There’s a lot of room for improvement though, I think we can agree on that.

    Again thanks for bringing this up.

    1. Oh yes, I can definitely think of worse examples then the Bravely Default costumes, but I didn’t want those images on my blog, because then I’d do the same! I agree, the people who make those games are intelligent and creative , and I think nowadays there are quite a few girls working on the games too. So, I can only think that perhaps it’s the people that decide about which games will cater to what audience. Maybe the people at the top still believe that they have to keep their largest consumer market happy.
      But, looking at the positive side: it’s been worse in that you could never play as a girl at all. So maybe, in ten years time I will write a blog at how it used to be, and how male or female characters in the game go dressed in the same way!

  4. I’m glad to see you think a good balance between sexes has been reached in your own world. I’ve always felt that too, which is why I struggle to really follow these people who want to tell big scare stories about how terrible the world is for women in the west. I’ve just never seen any evidence for it.

    I do have a bit of a disagreement about the data you quote from Cnet though. They need to really break it down much more to get a proper understanding of what’s going on. A huge number of games are just from a single character’s perspective. So if they’re working with a male majority demographic, chances are that character’s going to be male. You can’t really portray that as a bias, it’s just a rational business decision.
    I think if you look at just the games that have parties or customisable characters, you’ll find the pro-male bias is much much smaller, although I agree it does still exist and we need to work on that.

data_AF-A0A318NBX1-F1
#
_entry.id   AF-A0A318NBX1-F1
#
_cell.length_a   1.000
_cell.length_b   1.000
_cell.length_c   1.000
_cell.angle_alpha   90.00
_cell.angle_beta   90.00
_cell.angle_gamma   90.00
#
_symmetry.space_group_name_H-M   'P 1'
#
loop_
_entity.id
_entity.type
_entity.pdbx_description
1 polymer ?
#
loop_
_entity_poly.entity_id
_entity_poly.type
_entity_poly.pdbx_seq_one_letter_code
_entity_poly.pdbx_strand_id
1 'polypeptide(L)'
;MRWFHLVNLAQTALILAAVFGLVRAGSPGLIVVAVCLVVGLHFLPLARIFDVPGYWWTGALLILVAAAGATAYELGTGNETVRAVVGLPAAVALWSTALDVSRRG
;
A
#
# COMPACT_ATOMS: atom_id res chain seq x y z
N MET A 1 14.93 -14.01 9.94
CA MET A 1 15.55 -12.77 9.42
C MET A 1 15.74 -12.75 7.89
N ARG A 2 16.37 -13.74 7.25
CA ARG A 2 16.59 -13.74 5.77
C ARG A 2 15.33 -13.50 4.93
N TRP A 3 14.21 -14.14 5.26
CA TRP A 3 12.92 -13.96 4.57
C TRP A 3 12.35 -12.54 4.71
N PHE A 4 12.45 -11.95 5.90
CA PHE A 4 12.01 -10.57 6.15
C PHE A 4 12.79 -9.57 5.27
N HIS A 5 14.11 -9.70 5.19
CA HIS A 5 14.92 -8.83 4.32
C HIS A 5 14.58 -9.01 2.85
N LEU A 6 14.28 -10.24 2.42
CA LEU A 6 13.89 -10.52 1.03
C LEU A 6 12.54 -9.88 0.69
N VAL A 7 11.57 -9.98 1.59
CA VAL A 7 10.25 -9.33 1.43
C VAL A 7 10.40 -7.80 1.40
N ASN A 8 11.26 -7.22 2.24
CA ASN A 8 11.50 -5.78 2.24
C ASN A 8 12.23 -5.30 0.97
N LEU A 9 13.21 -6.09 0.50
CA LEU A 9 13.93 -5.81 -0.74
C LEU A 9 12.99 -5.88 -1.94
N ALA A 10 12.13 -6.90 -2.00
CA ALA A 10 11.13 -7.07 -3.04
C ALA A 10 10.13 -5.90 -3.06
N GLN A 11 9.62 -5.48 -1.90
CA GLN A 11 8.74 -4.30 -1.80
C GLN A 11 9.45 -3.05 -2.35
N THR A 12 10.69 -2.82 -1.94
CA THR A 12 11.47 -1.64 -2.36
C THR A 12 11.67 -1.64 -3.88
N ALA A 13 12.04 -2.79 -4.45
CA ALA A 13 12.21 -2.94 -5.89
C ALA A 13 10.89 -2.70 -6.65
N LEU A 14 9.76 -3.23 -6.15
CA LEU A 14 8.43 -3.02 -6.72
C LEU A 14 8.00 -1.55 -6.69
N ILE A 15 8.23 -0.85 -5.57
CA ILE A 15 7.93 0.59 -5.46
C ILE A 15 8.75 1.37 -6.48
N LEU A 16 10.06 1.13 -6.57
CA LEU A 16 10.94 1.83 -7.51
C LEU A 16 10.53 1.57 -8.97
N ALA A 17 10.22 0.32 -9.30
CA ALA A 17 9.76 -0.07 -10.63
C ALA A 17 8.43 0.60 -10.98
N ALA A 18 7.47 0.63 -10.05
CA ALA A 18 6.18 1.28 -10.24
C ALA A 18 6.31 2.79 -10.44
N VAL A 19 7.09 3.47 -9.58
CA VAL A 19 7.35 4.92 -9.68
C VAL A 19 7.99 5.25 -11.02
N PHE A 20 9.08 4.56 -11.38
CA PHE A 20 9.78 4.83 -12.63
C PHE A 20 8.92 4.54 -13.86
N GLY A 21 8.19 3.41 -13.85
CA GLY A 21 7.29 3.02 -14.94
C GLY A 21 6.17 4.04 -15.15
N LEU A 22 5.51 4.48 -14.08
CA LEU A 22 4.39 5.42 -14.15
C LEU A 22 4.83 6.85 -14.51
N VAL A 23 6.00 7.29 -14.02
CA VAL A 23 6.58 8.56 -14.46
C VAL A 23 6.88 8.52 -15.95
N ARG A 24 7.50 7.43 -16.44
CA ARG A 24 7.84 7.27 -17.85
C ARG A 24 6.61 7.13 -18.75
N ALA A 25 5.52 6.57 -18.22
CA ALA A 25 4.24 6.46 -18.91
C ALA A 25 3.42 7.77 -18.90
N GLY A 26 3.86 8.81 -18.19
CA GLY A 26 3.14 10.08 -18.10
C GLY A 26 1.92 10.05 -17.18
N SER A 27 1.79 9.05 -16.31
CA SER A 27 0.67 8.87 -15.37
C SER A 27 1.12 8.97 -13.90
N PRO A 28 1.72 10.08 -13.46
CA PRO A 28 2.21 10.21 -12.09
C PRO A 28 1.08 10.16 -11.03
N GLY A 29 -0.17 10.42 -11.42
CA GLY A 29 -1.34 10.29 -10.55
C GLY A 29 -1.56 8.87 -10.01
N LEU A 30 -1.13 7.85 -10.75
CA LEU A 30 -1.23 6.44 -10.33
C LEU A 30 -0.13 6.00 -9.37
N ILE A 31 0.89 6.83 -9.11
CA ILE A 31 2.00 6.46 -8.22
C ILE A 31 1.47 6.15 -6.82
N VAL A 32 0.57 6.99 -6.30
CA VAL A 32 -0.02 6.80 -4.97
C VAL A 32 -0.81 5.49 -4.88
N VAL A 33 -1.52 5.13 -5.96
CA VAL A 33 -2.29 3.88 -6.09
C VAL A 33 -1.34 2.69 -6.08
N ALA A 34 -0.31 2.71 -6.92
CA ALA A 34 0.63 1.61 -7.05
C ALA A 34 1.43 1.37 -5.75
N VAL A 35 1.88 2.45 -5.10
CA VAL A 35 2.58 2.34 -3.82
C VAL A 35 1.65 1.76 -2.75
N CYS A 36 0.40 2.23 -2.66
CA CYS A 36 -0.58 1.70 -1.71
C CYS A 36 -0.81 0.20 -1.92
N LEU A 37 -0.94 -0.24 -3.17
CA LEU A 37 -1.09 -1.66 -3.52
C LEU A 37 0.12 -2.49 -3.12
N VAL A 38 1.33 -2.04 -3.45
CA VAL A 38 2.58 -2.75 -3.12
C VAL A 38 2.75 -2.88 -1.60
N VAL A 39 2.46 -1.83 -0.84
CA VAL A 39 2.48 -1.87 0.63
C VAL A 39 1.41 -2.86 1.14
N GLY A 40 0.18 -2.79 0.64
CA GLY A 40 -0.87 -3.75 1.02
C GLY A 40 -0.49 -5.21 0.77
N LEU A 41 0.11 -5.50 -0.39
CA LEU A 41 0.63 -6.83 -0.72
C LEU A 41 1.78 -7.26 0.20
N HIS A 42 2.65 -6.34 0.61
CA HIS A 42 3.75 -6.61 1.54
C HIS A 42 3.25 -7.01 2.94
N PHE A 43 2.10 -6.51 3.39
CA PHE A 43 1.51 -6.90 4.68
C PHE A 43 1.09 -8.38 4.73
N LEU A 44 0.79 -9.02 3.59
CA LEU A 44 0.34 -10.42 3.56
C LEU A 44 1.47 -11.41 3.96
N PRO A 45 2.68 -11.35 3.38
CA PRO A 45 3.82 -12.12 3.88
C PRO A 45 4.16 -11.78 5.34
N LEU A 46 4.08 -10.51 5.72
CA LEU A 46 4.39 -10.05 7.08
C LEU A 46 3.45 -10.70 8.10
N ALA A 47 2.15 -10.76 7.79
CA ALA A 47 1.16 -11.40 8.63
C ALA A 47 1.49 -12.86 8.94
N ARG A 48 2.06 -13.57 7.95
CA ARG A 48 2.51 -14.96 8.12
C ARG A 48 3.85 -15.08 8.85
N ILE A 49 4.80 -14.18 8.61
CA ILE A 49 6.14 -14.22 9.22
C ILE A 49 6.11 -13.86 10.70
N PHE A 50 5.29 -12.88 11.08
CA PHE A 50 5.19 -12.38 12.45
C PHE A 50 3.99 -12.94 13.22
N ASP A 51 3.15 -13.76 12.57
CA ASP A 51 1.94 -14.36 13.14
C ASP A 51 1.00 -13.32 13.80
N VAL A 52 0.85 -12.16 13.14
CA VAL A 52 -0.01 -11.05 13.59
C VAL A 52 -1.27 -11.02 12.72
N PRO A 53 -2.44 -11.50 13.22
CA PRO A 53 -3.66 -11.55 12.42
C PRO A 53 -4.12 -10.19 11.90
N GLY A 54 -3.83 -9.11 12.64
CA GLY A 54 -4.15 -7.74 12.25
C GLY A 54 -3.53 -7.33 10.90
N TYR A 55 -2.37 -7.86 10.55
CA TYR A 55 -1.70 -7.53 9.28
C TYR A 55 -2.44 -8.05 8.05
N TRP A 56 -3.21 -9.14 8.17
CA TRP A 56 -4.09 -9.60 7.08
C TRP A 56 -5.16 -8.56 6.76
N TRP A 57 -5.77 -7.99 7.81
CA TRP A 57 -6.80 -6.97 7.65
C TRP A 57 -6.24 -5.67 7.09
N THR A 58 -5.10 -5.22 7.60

5. A topic worth so much controversy. My family is more “traditional” (not asian lol) so being allowed to get a video game was a hard thing to do. And even then I was only allowed to purchase girly games. When I was able to get into actual good games, I was disgusted with the fact that my choice of a female avatar was dressed to look like she belonged in a strip club rather than for slaying monsters. There’s nothing wrong with fluanting your sexuality or being proud of it. However, when as you pointed out, the women are only scantily clad while their male counterparts are fit for battle, I feel frustrated. Fire Emblem at least gave their women armor lol. And a lot of games geared for girls are soooo sexist. Pink, girly and friendship…shouldnt’ we all be trying to include friendship and good morals in our games? Yes, but when it’s so heavily emphasized in a game for girls it makes me mad. Are we only props, love interests, damsels, or cold hearted sexy women?

    I don’t mind not having the option to be a girl. SOme games don’t have that and that’s fine. What I don’t like is when the females in the game are worth nothing more than a piece of meat and male gamers won’t understand this feeling. It sounds dumb to some of them, but really, it’s a frustrating thing to deal with. And while I am a fan of otome games, I don’t want a meek protagonist. If she can kick butt and handle herself and isn’t just there for eyecandy, awesome.